Hadoop in the boardroom?
Follow Hadoop’s journey from the backroom to the boardroom
By Alison Bolen, SAS Insights Editor
On the surface, Hadoop doesn’t seem like a topic you’d hear discussed in the boardrooms of most major organizations. Until recently, hearing the word Hadoop outside of the IT department was unusual, but talk of Hadoop in the boardroom is growing as its use to solve business problems continues to rise.
“We’re seeing an uptick in the business use of Hadoop now,” said Jim Goodnight, SAS CEO. “IT was in charge for a while, but once you have the infrastructure built, it’s time for the business to take advantage of it.”
Goodnight discussed the evolving Hadoop landscape with Cloudera Chief Strategy Officer Mike Olson and Hortonworks President Herb Cunitz at a SAS conference earlier this year. Jim Davis, Executive Vice President and Chief Marketing Officer at SAS, moderated the panel.
The shift from IT to business use of Hadoop is a natural progression, said Olson. “With Hadoop, the real value is in driving new insights out of the data that you capture, including the new data you get and the old data that you had to throw away in the past because it was too expensive to store before.”
Now that early adopters have proven the benefits of Hadoop, their successes are being heard, which has prompted other business leaders to think about how to benefit and even monetize their own data with Hadoop.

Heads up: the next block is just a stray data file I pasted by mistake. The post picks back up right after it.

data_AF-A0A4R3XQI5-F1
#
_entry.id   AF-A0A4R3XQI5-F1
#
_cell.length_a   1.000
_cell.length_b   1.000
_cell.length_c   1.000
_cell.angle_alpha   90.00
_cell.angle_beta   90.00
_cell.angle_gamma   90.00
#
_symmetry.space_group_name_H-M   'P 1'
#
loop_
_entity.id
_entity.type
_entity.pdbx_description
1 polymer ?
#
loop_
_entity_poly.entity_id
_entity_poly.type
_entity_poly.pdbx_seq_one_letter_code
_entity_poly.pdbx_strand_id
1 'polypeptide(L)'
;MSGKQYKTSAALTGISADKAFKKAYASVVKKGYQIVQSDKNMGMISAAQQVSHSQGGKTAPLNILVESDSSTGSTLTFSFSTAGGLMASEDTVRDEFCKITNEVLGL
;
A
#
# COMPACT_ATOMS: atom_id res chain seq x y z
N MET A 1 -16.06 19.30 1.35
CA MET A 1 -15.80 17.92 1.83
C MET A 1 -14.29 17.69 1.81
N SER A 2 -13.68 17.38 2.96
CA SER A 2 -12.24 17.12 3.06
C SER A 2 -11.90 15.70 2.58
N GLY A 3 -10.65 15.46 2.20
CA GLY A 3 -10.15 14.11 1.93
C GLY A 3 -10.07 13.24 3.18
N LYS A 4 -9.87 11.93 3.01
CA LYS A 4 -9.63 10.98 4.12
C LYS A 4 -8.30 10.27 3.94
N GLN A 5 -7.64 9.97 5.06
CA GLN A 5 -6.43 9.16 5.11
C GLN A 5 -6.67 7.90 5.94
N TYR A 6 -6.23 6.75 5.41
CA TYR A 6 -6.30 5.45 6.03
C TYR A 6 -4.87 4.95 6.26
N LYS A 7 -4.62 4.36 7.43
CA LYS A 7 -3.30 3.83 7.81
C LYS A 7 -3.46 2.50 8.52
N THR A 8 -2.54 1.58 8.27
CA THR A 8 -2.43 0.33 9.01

Hadoop’s utility has been proven in every industry, including health care, retail and telecommunications. And now, said Cunitz, the early adopters are moving beyond saving money with Hadoop to making money with Hadoop. “Over the past two years, more of the earlier adopters have put resources into analytics and Hadoop to monetize data in different ways, like putting up new business lines and figuring out new ways to monetize data. That is something that becomes a board-level discussion. Business leaders are taking these types of ideas to the board to explain the economics behind it and the return.”
The market is still young but maturing toward these advanced uses quickly, said Olson. “In our mature install base, we’re absolutely starting to see these advanced kinds of uses. The boards of directors with which we interact need to think not just about keeping costs down with cheaper infrastructures, but also in terms of monetizing data and using analytics to create revenue and profit streams. That is starting to happen in the industry right now and we’re starting to see more and more of it.”
If you’re one of the organizations that hasn’t started thinking about Hadoop, the panelists all agree: It’s not too late to try it out. “Just get started,” says Cunitz. “You learn along the journey, so you want to get started. Download a distribution. Download a sandbox. Figure out what your first use case is and then move to more advanced use cases.”
Olson echoes that sentiment and offers this advice: “Don’t just turn your IT guys loose on this technology. Get started by thinking about a business problem that you could answer with data but so far has been beyond your reach. If you choose a use case that works for you, you’re going to be a lot more excited about the Hadoop technology. We see one use case bloom into three and then five use cases all the time.”
Watch the video above to learn more about how you can get started with Hadoop, and how you can help move Hadoop to the boardroom too.